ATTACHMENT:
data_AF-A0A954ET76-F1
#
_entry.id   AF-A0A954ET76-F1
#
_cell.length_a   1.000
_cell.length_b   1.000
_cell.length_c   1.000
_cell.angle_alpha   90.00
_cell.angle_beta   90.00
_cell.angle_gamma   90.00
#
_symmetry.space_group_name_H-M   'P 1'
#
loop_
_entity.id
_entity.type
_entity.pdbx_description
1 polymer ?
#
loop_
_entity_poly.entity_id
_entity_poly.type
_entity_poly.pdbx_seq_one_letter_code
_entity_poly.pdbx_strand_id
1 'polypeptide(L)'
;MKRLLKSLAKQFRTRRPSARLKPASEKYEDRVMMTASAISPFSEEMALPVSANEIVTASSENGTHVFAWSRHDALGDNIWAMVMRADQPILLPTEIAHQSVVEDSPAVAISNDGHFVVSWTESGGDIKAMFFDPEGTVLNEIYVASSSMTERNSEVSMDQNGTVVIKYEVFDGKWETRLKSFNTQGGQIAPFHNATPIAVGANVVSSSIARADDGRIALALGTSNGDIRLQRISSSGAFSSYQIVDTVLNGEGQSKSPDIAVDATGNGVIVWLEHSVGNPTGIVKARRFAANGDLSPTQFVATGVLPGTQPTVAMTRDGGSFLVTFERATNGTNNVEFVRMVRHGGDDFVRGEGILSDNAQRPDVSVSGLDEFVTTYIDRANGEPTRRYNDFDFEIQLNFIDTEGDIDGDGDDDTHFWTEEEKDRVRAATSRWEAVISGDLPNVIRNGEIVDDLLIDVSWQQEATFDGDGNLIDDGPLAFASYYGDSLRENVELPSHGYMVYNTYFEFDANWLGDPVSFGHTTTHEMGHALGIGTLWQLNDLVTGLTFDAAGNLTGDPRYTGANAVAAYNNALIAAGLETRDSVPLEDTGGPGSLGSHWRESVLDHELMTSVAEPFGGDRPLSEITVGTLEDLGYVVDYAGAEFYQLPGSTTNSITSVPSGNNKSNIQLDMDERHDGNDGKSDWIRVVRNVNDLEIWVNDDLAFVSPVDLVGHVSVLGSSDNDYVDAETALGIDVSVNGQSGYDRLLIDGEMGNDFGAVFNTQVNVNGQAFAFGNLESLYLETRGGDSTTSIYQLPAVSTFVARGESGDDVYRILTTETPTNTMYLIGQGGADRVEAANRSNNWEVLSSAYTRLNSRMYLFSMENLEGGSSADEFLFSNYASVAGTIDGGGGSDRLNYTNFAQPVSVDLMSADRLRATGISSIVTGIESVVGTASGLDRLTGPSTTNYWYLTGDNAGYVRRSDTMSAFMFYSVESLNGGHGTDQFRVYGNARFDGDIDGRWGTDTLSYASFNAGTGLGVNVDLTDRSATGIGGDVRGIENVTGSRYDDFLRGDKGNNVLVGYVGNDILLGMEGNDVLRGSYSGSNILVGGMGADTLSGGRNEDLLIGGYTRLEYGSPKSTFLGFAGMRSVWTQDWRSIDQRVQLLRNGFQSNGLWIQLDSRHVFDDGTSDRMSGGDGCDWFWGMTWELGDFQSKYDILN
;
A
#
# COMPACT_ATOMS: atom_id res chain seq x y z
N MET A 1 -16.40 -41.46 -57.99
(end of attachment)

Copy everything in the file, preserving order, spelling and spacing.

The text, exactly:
data_AF-A0A954ET76-F1
#
_entry.id   AF-A0A954ET76-F1
#
_cell.length_a   1.000
_cell.length_b   1.000
_cell.length_c   1.000
_cell.angle_alpha   90.00
_cell.angle_beta   90.00
_cell.angle_gamma   90.00
#
_symmetry.space_group_name_H-M   'P 1'
#
loop_
_entity.id
_entity.type
_entity.pdbx_description
1 polymer ?
#
loop_
_entity_poly.entity_id
_entity_poly.type
_entity_poly.pdbx_seq_one_letter_code
_entity_poly.pdbx_strand_id
1 'polypeptide(L)'
;MKRLLKSLAKQFRTRRPSARLKPASEKYEDRVMMTASAISPFSEEMALPVSANEIVTASSENGTHVFAWSRHDALGDNIWAMVMRADQPILLPTEIAHQSVVEDSPAVAISNDGHFVVSWTESGGDIKAMFFDPEGTVLNEIYVASSSMTERNSEVSMDQNGTVVIKYEVFDGKWETRLKSFNTQGGQIAPFHNATPIAVGANVVSSSIARADDGRIALALGTSNGDIRLQRISSSGAFSSYQIVDTVLNGEGQSKSPDIAVDATGNGVIVWLEHSVGNPTGIVKARRFAANGDLSPTQFVATGVLPGTQPTVAMTRDGGSFLVTFERATNGTNNVEFVRMVRHGGDDFVRGEGILSDNAQRPDVSVSGLDEFVTTYIDRANGEPTRRYNDFDFEIQLNFIDTEGDIDGDGDDDTHFWTEEEKDRVRAATSRWEAVISGDLPNVIRNGEIVDDLLIDVSWQQEATFDGDGNLIDDGPLAFASYYGDSLRENVELPSHGYMVYNTYFEFDANWLGDPVSFGHTTTHEMGHALGIGTLWQLNDLVTGLTFDAAGNLTGDPRYTGANAVAAYNNALIAAGLETRDSVPLEDTGGPGSLGSHWRESVLDHELMTSVAEPFGGDRPLSEITVGTLEDLGYVVDYAGAEFYQLPGSTTNSITSVPSGNNKSNIQLDMDERHDGNDGKSDWIRVVRNVNDLEIWVNDDLAFVSPVDLVGHVSVLGSSDNDYVDAETALGIDVSVNGQSGYDRLLIDGEMGNDFGAVFNTQVNVNGQAFAFGNLESLYLETRGGDSTTSIYQLPAVSTFVARGESGDDVYRILTTETPTNTMYLIGQGGADRVEAANRSNNWEVLSSAYTRLNSRMYLFSMENLEGGSSADEFLFSNYASVAGTIDGGGGSDRLNYTNFAQPVSVDLMSADRLRATGISSIVTGIESVVGTASGLDRLTGPSTTNYWYLTGDNAGYVRRSDTMSAFMFYSVESLNGGHGTDQFRVYGNARFDGDIDGRWGTDTLSYASFNAGTGLGVNVDLTDRSATGIGGDVRGIENVTGSRYDDFLRGDKGNNVLVGYVGNDILLGMEGNDVLRGSYSGSNILVGGMGADTLSGGRNEDLLIGGYTRLEYGSPKSTFLGFAGMRSVWTQDWRSIDQRVQLLRNGFQSNGLWIQLDSRHVFDDGTSDRMSGGDGCDWFWGMTWELGDFQSKYDILN
;
A
#
# COMPACT_ATOMS: atom_id res chain seq x y z
N MET A 1 -16.40 -41.46 -57.99